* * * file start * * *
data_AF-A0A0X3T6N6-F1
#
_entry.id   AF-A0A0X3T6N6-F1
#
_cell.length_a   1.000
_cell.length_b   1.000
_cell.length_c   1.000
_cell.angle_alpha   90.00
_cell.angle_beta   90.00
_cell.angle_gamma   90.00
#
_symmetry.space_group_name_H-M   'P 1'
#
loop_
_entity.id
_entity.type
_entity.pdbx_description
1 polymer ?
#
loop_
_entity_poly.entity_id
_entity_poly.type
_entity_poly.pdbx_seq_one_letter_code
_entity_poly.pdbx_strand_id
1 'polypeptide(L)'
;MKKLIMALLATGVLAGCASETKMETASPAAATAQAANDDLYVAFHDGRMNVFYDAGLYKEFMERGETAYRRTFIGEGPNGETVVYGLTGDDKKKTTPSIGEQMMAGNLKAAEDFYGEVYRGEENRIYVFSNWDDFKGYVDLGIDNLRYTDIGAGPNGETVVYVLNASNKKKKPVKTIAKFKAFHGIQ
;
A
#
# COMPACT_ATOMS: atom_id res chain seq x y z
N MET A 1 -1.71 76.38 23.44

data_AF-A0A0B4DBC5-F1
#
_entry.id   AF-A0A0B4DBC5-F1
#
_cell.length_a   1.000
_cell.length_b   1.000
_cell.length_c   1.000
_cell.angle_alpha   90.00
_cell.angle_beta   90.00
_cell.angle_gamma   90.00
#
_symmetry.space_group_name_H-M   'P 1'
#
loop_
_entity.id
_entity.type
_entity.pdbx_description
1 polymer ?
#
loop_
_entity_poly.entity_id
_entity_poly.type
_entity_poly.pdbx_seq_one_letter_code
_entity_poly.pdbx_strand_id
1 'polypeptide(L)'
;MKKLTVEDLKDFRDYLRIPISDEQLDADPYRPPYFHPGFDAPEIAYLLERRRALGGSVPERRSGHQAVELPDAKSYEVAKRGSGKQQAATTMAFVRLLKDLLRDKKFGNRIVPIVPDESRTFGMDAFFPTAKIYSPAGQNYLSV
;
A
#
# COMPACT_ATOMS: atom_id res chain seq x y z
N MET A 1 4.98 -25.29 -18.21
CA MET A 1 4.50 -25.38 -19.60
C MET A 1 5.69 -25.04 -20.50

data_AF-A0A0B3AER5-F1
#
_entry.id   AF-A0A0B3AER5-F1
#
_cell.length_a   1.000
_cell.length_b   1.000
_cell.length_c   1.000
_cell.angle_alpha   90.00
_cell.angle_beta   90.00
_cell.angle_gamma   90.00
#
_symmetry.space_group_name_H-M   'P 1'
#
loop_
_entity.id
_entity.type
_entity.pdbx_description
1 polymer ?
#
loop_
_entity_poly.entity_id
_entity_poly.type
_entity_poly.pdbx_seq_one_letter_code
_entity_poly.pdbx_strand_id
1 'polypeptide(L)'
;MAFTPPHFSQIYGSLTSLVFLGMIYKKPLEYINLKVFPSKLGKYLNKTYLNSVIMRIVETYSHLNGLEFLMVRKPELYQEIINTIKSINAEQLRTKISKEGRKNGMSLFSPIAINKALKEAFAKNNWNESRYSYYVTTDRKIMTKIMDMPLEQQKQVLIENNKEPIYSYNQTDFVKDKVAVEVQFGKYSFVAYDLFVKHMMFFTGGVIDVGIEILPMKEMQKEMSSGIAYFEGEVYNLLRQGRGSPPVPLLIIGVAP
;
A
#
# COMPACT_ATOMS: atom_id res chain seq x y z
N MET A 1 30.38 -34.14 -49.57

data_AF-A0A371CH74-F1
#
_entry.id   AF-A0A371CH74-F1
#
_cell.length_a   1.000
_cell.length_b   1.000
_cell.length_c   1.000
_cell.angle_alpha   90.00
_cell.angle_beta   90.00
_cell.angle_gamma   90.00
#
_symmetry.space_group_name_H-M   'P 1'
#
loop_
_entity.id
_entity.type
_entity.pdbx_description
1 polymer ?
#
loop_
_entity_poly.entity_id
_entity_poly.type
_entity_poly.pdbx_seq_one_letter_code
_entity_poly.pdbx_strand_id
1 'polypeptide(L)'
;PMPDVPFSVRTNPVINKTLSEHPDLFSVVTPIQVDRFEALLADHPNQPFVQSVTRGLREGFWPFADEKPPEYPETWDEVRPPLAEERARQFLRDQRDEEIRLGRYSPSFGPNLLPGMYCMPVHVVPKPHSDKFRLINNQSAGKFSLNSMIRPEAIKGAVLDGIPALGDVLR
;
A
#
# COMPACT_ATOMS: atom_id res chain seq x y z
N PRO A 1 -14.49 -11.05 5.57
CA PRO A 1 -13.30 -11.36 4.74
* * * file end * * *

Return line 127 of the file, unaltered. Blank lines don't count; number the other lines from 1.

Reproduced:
CA PRO A 1 -13.30 -11.36 4.74